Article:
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Posted by & filed under News.

By Michael K. Erickson


Read more about Salt Lake County’s “Stay Safe, Stay Home” order here.


On March 27, 2020, Utah Governor Gary Herbert issued a Directive to the State of Utah to “Stay Safe, Stay Home.” In the Directive, Governor Herbert stresses that it is “not to be confused with a shelter-in-place order,” but nevertheless urges all Utah residents “to follow” it, as a necessary precaution “to keep Utah residents safe during the worldwide COVID-19 pandemic.”

This Advisory highlights the directives relevant to all Utah businesses and nonprofit organizations. Please note, however, that Salt Lake County and Summit County have issued more restrictive stay-at-home orders that include mandatory business closures. This Advisory does not include information about those counties.

Utah Businesses and Nonprofit Organizations should:

  1. Respond in a flexible way to varying levels of disease transmission in the community and refine business response plans as needed.
  2. Consider how best to decrease the spread of COVID-19 and lower the impact in the workplace. This may include activities in one or more of the following areas:
    • reducing transmission among employees and volunteers;
    • maintaining healthy business operations; and
    • maintaining a healthy work environment.
  3. Encourage and enable employees and volunteers to telework from home. Only employees or volunteers who perform work that cannot be done from their home should be exempted from teleworking.
  4. Utilize video conferencing and virtual meeting services.
  5. Implement policies for employees and volunteers who cannot telework, including:
    • requiring employees and volunteers who present symptoms of illness consistent with COVID-19 to stay home;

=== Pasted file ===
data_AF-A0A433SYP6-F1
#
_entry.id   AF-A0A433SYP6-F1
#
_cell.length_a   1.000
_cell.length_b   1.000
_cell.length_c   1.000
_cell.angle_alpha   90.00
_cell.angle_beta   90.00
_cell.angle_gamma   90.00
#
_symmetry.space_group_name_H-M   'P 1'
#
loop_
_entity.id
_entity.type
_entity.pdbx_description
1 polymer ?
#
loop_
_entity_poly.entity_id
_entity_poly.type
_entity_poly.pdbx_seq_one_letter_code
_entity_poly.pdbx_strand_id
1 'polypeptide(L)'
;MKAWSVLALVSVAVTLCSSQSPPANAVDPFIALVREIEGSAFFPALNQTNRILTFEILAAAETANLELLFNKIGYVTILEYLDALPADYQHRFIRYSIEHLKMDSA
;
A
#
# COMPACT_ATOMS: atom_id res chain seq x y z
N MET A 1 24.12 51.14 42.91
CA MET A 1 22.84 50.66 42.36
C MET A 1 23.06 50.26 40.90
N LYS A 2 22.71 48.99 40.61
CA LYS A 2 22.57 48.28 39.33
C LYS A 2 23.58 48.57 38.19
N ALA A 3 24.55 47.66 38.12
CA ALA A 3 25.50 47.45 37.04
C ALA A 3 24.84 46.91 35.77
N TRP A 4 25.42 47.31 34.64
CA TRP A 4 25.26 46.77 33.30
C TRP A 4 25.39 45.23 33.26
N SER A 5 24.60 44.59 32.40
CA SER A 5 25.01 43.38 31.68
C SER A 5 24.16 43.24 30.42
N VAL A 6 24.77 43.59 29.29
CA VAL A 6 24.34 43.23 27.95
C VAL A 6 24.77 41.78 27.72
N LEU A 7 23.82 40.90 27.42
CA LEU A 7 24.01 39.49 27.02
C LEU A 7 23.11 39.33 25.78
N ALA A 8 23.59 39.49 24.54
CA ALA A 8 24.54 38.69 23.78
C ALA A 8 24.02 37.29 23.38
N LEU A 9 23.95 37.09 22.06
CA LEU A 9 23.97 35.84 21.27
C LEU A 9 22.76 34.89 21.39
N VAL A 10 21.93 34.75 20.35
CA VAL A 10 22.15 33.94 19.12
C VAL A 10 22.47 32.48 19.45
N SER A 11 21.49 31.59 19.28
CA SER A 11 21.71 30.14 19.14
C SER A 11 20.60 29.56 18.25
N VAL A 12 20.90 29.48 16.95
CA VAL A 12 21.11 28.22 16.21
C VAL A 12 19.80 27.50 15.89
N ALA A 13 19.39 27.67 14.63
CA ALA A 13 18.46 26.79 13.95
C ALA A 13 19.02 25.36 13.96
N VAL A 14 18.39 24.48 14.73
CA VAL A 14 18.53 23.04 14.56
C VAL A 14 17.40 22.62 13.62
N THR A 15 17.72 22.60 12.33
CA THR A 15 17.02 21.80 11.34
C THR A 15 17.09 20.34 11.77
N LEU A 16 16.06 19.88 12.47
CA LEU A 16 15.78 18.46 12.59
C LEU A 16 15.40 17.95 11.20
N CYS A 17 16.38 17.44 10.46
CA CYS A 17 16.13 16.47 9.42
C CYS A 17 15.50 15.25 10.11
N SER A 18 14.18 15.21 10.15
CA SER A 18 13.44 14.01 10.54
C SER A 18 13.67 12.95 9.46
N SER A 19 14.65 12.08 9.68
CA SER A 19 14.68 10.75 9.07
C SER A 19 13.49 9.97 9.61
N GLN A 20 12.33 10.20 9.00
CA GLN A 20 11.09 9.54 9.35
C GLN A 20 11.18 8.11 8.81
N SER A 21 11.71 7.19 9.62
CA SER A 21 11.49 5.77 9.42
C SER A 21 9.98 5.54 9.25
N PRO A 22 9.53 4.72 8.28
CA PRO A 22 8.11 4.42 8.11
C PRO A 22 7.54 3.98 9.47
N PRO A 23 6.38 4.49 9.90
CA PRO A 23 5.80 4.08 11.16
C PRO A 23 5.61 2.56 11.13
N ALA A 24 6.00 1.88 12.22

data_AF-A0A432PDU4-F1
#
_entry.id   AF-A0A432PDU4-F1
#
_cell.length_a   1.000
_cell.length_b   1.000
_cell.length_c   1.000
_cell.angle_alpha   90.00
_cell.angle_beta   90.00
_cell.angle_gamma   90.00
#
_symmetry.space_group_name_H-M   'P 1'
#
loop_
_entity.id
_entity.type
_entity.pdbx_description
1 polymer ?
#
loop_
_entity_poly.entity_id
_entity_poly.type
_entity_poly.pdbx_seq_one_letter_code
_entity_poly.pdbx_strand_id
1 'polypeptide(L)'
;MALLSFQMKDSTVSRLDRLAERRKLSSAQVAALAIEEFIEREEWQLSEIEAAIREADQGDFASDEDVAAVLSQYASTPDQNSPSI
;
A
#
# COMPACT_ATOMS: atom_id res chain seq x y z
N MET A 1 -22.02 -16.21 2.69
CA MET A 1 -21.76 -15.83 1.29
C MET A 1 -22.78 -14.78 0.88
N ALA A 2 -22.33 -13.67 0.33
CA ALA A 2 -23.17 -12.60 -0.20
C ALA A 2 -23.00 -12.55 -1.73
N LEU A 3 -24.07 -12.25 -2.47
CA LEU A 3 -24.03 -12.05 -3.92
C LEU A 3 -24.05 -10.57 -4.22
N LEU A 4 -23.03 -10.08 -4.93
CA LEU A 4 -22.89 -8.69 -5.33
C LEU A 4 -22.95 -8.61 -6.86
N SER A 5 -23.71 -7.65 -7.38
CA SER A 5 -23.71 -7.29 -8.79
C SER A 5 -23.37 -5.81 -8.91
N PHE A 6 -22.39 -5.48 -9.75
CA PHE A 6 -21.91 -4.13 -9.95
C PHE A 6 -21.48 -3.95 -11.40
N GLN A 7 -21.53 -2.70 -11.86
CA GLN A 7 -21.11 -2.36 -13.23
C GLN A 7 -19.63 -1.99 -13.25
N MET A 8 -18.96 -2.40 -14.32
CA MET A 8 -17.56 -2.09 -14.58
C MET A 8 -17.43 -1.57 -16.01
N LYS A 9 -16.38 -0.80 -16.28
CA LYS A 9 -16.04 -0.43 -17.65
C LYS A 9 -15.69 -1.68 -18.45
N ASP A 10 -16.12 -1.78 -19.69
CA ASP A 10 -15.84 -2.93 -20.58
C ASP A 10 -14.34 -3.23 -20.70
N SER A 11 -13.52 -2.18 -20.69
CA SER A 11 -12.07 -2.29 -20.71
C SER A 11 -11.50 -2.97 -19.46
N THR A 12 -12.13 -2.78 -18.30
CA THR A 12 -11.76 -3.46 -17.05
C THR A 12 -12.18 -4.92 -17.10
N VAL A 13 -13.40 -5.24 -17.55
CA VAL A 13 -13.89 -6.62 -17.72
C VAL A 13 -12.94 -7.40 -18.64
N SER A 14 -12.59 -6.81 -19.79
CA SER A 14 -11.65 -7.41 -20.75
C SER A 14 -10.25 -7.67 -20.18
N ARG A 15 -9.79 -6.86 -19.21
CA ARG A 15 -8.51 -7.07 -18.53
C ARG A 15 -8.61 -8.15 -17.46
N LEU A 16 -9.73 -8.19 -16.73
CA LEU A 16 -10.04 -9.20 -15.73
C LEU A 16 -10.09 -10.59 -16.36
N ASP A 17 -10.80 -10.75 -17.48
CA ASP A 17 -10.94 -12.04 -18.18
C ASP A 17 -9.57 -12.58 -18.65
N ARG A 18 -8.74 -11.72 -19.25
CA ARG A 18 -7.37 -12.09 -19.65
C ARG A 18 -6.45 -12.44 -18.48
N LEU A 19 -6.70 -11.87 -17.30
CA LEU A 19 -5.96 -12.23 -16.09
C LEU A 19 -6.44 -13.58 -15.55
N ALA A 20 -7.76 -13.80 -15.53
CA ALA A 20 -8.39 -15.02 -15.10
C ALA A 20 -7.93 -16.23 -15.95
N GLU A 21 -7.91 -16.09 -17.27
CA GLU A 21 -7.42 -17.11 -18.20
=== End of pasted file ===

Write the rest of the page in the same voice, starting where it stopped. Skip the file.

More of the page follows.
• not requiring a positive COVID-19 test result or health care provider’s note for employees or volunteers who stay home due to illness;
    • enhancing social distancing by grouping employees and volunteers into cohorts of no more than ten individuals that have limited contact with other cohorts in the workplace;
    • enabling employees and volunteers to follow the directives for all individuals, as described above (e.g., by providing hand soap, hand sanitizer, or sanitizing wipes);
    • minimizing face-to-face contact with high-risk* employees and volunteers, or assigning work tasks to high-risk* employees and volunteers that allow them to maintain a distance of at least six feet from other workers, customers and visitors, or to telework if possible; and
    • implementing flexible work hours (e.g., staggered shifts).
  6. Assess essential functions and the reliance that others and the community have on services or products offered.
    • Be prepared to change business practices if needed to maintain critical operations (e.g., identify alternative suppliers, prioritize existing customers, or temporarily suspend some of your operations if needed).
    • Identify alternate supply chains for critical goods and services.
    • Coordinate with companies that provide your business with contract or temporary employees or volunteers about the importance of sick employees and volunteers staying home and encourage them to develop non-punitive leave policies.
    • Coordinate with business partners about your response plans. Share best practices with other businesses in your communities (especially those in your supply chain), chambers of commerce, and associations to improve community response efforts.
  7. Take measures to accommodate high-risk* individuals in the workplace.

The above directives, however, do not apply to healthcare professionals, law enforcement and first responders, faith leaders, and charitable and social service organizations.


* A high-risk individual means any individual who is age 60 or older, or any individual with a serious underlying medical condition.